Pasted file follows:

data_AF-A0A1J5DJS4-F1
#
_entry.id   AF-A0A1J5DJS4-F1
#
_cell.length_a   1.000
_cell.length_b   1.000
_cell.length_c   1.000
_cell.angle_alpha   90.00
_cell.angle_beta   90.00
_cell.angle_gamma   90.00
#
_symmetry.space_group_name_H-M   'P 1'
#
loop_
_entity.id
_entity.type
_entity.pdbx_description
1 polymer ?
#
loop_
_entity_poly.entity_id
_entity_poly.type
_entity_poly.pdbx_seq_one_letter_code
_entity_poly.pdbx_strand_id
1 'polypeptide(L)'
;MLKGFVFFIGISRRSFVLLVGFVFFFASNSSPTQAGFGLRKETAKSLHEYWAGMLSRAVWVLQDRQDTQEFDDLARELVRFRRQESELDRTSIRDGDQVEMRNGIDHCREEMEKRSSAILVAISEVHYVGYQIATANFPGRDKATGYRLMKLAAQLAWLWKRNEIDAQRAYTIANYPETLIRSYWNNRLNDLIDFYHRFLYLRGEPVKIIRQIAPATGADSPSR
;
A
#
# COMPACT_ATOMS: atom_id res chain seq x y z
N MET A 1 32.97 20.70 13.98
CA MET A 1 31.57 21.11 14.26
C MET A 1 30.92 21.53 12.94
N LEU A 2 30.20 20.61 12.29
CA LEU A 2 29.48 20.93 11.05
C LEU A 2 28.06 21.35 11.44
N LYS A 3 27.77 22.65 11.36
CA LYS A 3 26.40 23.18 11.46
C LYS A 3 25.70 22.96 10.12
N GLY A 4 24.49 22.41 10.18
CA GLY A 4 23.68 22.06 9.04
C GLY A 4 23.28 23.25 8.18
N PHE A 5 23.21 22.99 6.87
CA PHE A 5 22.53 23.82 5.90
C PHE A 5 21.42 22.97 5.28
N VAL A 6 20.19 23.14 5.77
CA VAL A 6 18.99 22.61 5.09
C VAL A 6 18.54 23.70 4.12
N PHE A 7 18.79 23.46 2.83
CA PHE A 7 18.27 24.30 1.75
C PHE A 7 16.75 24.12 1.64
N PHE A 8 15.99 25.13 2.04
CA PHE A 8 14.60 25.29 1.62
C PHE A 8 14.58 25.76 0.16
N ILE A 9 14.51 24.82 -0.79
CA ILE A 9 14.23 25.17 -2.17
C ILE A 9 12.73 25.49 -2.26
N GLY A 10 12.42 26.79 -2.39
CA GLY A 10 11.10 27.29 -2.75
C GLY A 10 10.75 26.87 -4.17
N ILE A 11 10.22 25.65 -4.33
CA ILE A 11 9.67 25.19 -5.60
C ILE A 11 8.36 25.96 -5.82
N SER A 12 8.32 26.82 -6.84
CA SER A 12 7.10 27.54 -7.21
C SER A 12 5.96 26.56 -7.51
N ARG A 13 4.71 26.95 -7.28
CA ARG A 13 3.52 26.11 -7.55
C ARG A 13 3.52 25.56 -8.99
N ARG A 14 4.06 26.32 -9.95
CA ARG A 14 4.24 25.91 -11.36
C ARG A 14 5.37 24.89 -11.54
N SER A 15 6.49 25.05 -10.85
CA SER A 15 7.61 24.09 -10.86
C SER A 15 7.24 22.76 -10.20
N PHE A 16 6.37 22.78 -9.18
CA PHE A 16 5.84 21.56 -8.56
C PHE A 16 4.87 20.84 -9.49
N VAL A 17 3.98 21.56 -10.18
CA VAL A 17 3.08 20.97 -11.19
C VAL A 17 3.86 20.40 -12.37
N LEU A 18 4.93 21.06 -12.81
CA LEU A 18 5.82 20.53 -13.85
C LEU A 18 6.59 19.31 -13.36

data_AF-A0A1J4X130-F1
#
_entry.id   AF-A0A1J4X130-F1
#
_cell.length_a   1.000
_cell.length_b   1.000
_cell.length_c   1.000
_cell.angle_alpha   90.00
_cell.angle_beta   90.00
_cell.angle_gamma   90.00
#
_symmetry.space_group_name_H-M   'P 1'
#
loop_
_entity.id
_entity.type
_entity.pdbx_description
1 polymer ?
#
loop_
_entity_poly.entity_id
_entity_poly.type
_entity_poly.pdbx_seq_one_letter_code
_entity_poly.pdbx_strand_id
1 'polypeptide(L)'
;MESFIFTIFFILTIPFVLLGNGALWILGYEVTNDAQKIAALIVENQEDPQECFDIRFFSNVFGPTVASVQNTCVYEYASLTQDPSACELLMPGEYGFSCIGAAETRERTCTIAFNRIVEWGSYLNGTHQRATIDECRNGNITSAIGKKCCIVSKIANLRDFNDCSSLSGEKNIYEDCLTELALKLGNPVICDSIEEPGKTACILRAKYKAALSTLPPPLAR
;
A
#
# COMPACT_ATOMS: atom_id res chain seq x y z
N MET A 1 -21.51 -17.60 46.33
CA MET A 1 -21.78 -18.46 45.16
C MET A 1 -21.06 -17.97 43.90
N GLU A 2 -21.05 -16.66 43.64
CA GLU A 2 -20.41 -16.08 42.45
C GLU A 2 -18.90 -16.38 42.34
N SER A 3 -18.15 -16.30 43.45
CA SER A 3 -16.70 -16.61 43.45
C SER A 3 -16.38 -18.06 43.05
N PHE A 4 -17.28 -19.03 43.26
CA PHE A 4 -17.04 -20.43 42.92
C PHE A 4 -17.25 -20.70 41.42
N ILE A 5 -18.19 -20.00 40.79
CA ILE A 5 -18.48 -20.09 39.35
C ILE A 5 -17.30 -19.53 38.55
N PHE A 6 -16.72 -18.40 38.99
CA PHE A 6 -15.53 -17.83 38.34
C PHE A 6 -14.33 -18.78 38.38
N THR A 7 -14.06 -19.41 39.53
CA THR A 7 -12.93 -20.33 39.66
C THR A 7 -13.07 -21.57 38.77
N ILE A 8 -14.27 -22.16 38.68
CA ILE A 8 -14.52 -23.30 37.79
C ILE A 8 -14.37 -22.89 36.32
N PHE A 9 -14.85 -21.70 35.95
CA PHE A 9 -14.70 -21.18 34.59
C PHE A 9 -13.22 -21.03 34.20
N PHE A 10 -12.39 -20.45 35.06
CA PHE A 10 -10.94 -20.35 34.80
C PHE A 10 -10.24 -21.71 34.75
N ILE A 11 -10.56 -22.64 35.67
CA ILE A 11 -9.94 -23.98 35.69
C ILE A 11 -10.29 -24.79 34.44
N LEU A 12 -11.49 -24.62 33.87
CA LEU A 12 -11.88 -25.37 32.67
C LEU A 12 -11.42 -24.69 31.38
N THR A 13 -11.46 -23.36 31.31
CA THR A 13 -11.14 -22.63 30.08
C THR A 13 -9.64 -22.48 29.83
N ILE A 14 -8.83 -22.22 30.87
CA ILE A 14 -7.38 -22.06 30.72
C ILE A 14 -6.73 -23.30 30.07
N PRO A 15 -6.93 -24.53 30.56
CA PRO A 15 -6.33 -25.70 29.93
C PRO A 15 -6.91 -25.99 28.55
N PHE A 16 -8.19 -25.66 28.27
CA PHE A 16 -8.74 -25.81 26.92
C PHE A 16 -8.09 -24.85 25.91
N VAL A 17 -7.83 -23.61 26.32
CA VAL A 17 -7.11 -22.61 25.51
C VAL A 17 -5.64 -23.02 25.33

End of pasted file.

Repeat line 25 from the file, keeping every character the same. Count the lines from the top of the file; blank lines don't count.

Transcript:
1 'polypeptide(L)'